The idea that WCW brought the Warrior back to massage Hogan's ego seems pretty far fetched. Fact of the matter was he was a big WWE star and Bischoff had sold many a ticket from big WWE stars. However, the Monday Night Wars was beginning to turn. At the same time as two old generation superstars were facing off in October of 1998 in WCW, Stone Cold Steve Austin was driving the WWE towards the edgier product that would become known as the Attitude Era. His ability to connect with the crowd by being himself was making big inroads. WCW was still waiting for the business to turn back to the colourful wrestling heroes of yesteryear.

The Warrior/Hogan feud also showed how nWo centric WCW had become. The fact that everything that Warrior did was in direct reaction to the nWo seemed to show the audience more and more that when it came to program time and prominence the nWo seemed to gobble up more and more. The WWE, on the other hand, were canny enough to spread out the time so that one never got sick of seeing Stone Cold or the Rock. Likewise, they were willing to show rising superstars and give them the time to shine.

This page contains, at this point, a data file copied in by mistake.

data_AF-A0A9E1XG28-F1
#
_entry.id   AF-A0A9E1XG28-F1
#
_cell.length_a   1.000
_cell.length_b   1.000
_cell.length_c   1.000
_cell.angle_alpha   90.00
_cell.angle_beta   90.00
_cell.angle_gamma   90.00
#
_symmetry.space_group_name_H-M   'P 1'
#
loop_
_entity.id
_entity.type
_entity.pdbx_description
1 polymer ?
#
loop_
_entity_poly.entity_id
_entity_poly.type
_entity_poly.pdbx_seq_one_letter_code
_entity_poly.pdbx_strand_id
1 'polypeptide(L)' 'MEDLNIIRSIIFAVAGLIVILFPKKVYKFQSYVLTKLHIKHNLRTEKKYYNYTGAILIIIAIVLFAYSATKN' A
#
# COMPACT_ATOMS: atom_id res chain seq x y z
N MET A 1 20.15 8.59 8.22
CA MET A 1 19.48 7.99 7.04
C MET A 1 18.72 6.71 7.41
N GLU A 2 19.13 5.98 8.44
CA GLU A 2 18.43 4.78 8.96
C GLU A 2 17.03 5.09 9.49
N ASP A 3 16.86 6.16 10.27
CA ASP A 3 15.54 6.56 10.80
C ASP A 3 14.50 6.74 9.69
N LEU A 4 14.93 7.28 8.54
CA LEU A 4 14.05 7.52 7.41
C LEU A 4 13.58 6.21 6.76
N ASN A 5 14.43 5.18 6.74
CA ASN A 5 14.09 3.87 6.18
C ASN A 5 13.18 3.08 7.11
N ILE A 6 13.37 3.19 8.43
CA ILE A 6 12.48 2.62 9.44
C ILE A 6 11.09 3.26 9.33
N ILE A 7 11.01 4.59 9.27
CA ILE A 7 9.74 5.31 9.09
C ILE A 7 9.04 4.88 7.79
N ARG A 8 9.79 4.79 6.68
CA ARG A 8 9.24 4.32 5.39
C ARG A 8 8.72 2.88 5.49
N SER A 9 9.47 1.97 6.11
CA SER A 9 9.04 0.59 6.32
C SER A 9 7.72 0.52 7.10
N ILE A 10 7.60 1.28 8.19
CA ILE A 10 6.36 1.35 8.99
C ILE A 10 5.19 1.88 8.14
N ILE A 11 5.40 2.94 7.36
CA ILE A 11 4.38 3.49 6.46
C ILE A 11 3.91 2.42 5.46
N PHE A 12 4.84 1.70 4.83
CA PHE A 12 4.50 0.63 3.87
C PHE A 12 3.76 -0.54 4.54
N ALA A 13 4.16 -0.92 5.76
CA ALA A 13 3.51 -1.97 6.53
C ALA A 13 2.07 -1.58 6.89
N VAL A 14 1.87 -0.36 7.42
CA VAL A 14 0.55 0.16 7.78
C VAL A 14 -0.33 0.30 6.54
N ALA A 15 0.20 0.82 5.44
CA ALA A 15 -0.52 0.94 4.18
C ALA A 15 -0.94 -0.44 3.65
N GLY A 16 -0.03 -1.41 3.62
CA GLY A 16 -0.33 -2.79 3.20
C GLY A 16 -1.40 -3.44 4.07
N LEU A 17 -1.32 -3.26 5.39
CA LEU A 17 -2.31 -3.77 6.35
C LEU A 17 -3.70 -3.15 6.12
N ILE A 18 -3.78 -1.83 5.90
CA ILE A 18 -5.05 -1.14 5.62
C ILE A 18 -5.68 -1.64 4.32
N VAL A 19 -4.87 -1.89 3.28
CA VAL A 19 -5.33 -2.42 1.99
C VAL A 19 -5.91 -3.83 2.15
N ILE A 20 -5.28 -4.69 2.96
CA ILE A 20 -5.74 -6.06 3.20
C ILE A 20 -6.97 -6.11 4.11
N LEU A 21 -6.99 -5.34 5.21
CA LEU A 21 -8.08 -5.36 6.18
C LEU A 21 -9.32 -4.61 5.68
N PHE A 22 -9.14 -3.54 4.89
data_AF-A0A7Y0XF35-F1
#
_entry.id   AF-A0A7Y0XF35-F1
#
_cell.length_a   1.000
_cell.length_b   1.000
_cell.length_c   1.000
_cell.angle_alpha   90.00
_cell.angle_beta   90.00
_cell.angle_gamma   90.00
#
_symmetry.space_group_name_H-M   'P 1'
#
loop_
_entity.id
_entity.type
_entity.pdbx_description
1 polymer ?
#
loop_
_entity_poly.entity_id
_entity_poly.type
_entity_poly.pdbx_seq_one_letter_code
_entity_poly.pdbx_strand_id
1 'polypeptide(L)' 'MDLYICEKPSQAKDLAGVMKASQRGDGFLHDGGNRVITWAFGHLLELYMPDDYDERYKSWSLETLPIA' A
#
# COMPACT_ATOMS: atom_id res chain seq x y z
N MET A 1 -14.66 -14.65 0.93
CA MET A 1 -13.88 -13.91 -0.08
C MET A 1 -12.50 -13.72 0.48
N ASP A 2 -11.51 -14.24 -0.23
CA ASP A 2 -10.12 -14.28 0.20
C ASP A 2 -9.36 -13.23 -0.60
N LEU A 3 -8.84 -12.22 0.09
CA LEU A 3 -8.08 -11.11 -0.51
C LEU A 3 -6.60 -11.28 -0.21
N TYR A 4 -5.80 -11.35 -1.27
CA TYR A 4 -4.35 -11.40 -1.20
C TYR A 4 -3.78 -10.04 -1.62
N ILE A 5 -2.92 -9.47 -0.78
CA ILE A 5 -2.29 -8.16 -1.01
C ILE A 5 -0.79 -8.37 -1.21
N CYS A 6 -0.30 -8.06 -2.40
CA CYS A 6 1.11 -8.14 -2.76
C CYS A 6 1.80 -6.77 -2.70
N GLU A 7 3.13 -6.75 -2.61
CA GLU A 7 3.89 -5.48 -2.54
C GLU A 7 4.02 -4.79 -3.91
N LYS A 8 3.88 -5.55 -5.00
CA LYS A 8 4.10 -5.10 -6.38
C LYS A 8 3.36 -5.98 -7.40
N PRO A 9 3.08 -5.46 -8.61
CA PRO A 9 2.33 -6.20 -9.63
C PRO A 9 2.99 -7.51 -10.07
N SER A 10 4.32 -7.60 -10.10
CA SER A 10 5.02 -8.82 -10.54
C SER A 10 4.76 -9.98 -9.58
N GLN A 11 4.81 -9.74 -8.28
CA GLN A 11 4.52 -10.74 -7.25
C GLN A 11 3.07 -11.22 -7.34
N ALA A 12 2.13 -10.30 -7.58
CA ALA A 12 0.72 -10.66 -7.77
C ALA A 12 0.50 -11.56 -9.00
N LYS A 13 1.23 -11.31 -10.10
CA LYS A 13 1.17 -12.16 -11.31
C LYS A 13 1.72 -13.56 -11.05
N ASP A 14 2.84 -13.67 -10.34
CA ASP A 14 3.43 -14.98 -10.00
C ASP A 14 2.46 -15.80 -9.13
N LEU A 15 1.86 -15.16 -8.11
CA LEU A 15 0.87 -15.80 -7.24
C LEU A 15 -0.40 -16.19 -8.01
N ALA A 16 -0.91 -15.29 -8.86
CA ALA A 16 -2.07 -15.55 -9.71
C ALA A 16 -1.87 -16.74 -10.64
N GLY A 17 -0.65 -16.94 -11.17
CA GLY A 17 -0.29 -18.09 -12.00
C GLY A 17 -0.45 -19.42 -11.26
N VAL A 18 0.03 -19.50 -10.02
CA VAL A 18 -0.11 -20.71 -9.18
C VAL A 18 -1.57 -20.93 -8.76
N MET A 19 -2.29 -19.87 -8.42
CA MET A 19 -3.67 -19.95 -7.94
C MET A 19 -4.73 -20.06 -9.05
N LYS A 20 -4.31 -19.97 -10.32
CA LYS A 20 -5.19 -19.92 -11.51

Warrior was not a great worker and there is no doubt that his time at WCW was limited because of it. However, if he did stay, it is questionable whether it would have taken the company to another upswing or only re-emphasised the fact that WCW was looking for help in all the wrong places. Nostalgia is all very well and good, but the reason it is nostalgic is because it is old.

That concludes article 11 of this series chaps! Next time we'll examine a feud between what seemed to be a substitute teacher and a school prefect.

#1 Owen Hart vs Stone Cold @ Summerslam '97

#2 December to Dismember 2006

#3 The Fingerpoke of Doom

#4 The Scott Steiner vs HHH Feud

#5 Ryback vs Mark Henry @ Wrestlemania XXIX

#6 Bret Hart vs Vince McMahon @ Wrestlemania XXVI

#7 The Jerry Lawler/Michael Cole Feud

#8 The Curtain Call

#9 Bash at the Beach 2000

#10 Royal Rumble 2014

The FanPosts are solely the subjective opinions of Cageside Seats readers and do not necessarily reflect the views of Cageside Seats editors or staff.